September 20, 2005
La Jolla, CA – Perhaps you can teach an old mouse new tricks, after all. But be sure to pick an active one.
In a paper appearing September 21 in The Journal of Neuroscience, scientists at the Salk Institute for Biological Studies show that mice that voluntarily started exercising in old age were better able to learn new tasks and added more of the brain’s message-relaying neurons than their sedentary counterparts.
“Our findings show it is never too late in life to start to exercise,” says author Henriette van Praag, PhD, “and that doing so will likely delay the onset of aging-associated memory loss.”
A slow-down in the growth of new neurons and in mental ability is associated with normal aging, but the 19-month-old mice in the study (equivalent to an older person) were able to reverse this decline-adding up to 50 percent as many new neurons as young, sedentary mice-after using a running wheel for a month. Furthermore, the new neurons appeared to function as well as those in the brains of young mice.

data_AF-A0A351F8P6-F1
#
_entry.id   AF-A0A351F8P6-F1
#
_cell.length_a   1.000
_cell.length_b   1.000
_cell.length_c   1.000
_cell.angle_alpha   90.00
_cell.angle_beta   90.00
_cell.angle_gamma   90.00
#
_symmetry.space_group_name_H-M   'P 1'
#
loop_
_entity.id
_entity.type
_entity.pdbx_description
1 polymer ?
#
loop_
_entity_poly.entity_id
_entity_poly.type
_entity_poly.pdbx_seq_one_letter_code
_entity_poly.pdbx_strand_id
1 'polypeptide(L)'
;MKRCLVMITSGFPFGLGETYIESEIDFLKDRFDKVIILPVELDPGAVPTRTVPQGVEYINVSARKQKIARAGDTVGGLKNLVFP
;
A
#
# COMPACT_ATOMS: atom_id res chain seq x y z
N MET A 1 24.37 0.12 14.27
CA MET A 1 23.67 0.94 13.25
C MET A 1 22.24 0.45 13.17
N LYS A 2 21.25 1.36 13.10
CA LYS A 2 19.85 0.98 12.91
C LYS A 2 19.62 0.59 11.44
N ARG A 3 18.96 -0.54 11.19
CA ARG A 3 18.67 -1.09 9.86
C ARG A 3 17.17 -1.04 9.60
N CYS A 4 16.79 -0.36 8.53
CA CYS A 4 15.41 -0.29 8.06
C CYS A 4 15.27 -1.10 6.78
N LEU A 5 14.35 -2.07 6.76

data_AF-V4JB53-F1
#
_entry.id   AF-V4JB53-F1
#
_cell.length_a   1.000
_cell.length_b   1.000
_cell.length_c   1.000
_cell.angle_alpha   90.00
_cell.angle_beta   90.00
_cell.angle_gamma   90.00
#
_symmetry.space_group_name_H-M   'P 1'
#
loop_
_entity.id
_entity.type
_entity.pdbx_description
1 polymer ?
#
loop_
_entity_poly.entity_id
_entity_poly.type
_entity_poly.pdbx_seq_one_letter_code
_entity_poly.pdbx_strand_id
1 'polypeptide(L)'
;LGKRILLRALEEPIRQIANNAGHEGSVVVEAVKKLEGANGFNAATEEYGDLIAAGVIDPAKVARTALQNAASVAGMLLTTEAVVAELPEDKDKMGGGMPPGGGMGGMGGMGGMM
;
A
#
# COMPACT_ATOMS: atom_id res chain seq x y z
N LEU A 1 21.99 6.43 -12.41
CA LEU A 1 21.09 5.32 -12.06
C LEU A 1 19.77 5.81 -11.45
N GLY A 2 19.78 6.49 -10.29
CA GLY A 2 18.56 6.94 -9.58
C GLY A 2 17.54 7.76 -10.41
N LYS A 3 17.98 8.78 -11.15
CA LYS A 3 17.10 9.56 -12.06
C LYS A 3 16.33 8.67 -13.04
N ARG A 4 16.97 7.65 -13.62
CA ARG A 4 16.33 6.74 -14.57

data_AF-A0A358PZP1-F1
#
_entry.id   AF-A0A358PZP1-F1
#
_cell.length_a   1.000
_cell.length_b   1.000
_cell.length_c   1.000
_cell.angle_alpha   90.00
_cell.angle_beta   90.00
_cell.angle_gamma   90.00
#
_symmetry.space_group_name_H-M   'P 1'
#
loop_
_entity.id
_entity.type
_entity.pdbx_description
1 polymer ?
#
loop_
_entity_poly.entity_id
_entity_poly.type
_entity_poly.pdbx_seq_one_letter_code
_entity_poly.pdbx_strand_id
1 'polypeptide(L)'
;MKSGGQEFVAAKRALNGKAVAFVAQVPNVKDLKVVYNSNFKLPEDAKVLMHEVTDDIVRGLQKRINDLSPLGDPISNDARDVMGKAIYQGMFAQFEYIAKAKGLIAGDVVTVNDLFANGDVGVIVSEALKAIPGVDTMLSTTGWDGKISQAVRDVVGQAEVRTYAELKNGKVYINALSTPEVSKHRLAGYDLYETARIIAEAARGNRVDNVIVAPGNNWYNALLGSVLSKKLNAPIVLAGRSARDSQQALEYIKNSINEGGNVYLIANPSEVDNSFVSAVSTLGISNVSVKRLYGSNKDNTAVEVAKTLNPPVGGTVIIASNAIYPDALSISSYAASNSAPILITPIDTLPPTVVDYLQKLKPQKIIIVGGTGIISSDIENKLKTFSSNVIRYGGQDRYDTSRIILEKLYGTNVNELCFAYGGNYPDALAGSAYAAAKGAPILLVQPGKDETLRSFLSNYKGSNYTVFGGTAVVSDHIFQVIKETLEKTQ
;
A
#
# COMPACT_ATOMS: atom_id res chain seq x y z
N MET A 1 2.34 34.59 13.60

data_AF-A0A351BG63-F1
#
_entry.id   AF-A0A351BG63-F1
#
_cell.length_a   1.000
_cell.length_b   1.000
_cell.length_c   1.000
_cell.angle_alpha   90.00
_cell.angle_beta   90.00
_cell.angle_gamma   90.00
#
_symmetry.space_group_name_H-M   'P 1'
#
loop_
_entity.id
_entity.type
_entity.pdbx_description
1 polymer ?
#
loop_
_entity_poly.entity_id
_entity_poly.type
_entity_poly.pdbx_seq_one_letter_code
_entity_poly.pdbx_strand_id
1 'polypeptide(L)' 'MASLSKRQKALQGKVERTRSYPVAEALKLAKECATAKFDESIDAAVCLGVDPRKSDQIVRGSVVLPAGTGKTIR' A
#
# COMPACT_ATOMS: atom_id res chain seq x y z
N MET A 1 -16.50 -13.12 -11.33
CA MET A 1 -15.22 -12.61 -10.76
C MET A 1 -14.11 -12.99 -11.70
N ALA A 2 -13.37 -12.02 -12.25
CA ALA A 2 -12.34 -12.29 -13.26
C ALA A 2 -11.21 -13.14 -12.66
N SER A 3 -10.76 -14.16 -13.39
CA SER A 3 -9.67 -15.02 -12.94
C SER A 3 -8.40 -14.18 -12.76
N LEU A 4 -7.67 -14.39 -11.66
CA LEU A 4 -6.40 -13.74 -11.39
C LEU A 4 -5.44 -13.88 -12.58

The Salk team, led by Fred H. Gage, PhD, also noted that young mice that exercised showed the greatest neuron growth of all the groups. “It is possible that earlier onset of running would have maintained cognitive function to an even greater extent,” they wrote.
Were the older mice able to perform the learning task better simply because they were more fit? Or because their brain function really improved? The Gage team address these points in their study, yet the extent to which new neuron growth contributes to the ability to learn and remember remains to be confirmed.
“Nonetheless, a good case is made for a cognitive effect correlated with the neurogenesis,” says Bill Greenough, PhD, of the University of Illinois. “This is an important finding.”
The study also points to promising areas for future research on human aging and mental health, such as what brain signals mediate the effect of exercise and the association between learning and neuron birth in the area of the brain that handles memory, says Ira Black, MD, of the University of Medicine and Dentistry of New Jersey.
“These findings serve to integrate environmental factors and brain functioning. This represents a very first step, but the findings raise possibilities in approaches to learning in the elderly,” he says.
The Society for Neuroscience is an organization of more than 36,000 basic scientists and clinicians who study the brain and nervous system.